The role of NAI is to provide cognitive and performance assessment and enhancement using its flagship product NeuroTracker. Below is a 4-minute video demonstrating the uses of this platform:
According to the science, NeuroTracker should enable trainee pilots to improve their cognitive and physical performance under stressful conditions. It should also inform instructors on how to modify the training program to get better results from students in a shorter time.
HTX Labs, on the other hand, will provide student pilots with immersive technology using AI. The contract is for simulating real-world environments using its EMPACT Virtual Reality (VR) platform. HTX Labs had previously worked with the Air Force in the first iteration of the experimental pilot training program. Below is a 2:25-minute video demonstrating a virtual reality training program:
Soldiers have to be at peak physical and mental condition for maximum effectiveness. This is of particular concern for the Air Force as pilots are under a lot of stress during combat and must be ready at all times to make quick decisions and take immediate action.
The Defense Department and the AFRL introduced the equipment and platform developed by IncludeHealth in the Signature Tracking for Optimized Nutrition and Training (STRONG) lab. A limited number of participants participated in the pilot study.
Below is a 2-minute video showing the features of one of the company’s pieces of equipment, The Access Strength:
This is Phase I of the SBIR grant in developing customized fitness protocols for soldiers using data analytics. If successful, Phase II and III will expand the study to include all members of the service eventually.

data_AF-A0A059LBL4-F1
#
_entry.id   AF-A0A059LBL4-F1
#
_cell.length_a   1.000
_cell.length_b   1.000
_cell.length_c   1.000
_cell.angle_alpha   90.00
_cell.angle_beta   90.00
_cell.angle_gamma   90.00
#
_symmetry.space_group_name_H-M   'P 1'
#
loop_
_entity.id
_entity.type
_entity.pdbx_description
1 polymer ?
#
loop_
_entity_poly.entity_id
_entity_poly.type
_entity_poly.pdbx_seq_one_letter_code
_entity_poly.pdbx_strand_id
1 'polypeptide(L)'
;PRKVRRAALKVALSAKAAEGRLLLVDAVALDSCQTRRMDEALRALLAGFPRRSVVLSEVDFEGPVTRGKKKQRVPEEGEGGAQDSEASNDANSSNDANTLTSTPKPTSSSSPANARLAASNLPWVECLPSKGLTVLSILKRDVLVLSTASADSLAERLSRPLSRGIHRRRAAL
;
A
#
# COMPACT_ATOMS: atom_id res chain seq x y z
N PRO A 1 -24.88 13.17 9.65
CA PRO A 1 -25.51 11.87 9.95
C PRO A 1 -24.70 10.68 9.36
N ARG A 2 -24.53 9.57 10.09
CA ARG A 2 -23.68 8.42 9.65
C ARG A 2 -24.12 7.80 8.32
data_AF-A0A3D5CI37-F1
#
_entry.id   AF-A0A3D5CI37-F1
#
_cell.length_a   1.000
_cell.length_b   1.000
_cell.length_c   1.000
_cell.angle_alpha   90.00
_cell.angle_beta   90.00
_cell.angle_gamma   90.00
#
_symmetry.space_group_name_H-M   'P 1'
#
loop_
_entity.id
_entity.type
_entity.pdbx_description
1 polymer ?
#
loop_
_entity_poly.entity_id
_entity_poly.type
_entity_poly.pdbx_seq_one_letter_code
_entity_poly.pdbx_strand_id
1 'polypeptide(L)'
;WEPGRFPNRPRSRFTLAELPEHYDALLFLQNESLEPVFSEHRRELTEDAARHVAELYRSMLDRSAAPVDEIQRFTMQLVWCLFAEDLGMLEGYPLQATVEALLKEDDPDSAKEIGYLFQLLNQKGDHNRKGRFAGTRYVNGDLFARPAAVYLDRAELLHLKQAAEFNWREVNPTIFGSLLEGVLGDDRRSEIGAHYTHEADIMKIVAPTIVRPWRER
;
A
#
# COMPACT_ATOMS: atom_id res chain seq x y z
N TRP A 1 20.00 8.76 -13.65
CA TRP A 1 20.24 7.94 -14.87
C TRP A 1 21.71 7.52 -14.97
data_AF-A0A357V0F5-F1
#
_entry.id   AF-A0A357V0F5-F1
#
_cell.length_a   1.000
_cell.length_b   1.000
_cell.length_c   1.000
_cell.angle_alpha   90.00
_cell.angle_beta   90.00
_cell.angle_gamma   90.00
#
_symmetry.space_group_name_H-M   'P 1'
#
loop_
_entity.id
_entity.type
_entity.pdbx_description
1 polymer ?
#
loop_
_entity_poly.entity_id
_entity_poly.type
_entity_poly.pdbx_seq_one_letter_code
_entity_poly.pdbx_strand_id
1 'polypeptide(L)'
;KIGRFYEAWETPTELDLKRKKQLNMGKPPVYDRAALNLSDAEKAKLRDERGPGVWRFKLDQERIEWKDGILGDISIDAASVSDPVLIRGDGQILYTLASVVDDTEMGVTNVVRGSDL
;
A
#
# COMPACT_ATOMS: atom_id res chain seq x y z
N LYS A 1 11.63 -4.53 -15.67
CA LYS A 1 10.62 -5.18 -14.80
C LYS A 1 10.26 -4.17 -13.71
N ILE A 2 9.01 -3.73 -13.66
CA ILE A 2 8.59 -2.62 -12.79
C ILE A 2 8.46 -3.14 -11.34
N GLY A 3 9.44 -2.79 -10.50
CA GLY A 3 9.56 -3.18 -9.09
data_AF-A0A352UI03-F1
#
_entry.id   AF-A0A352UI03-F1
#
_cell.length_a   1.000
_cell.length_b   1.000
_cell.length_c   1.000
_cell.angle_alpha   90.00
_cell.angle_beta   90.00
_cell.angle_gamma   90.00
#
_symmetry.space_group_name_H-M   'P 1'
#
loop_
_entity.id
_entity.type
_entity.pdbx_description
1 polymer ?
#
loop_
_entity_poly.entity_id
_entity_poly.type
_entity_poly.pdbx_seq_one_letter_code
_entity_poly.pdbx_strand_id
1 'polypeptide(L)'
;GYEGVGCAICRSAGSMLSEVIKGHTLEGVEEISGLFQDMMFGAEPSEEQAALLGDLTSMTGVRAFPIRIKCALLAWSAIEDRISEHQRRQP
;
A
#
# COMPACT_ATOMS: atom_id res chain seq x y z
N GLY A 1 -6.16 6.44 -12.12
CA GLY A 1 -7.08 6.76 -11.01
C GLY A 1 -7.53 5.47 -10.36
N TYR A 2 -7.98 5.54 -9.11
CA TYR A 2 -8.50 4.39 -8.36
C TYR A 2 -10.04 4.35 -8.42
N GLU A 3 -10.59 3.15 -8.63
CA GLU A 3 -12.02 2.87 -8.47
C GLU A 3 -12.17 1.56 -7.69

Dr. Adam Strang, STRONG Director, explained:
We are interested in applying IncludeHealth’s technology to develop and validate next-generation, mission-specific fitness protocols resulting in objective, data-driven, and evidenced-based duty qualifying scores. We also see powerful applications to remotely issue individualised training and rehab protocols across the Air Force network without the need for human proxy.
Space Situational Awareness
Data overload has long been the bane of the military, and the Air Force is no exception. With data pouring in from multiple sources such as drones and satellites, putting it to good use continues to be a challenge. To help its decision makers use this flow of data effectively, the Air Force contracted Slingshot Aerospace to retrofit its Orbital Atlas product to improve space situational awareness. In other words, the Air Force wants to use data analytics to make sure the space around the US is secure, and it is willing to pay for it.
In the new spirit of collaboration and accessibility, the Air Force is preparing for data migration to the cloud. However, security is always a problem, more so when the cyber attacks have become as sophisticated as cybersecurity. In an interview with Securonix chief scientist Igor Baikalov, he described the problem concisely:
The variety of [cyber] attacks, tens of thousands of variants every day…that’s where the rules-based, signature-based systems are a problem.
The Air Force is taking steps to ward off sophisticated AI-powered cyber attacks on several fronts. One way there are doing this is by working with Cisco to implement zero-trust and multi-mode authentication solutions, fighting fire with fire.
Below is a 4-minute video explaining the zero-trust model of Cisco:
The US Air Force is clearly invested in a practical approach to advanced technology, particularly in artificial intelligence and machine learning. It wants it fast, and it wants it cheap, which are both good reasons for fast-tracking contracts with companies that have products it can already use.
While most of the products and projects described in this article are barely out of the starting gate, it will be interesting to see just how fast they can get to the operational stage. If the Air Force can keep up the steam, it is likely to be a short race.
Header Image Credit: josephsteinberg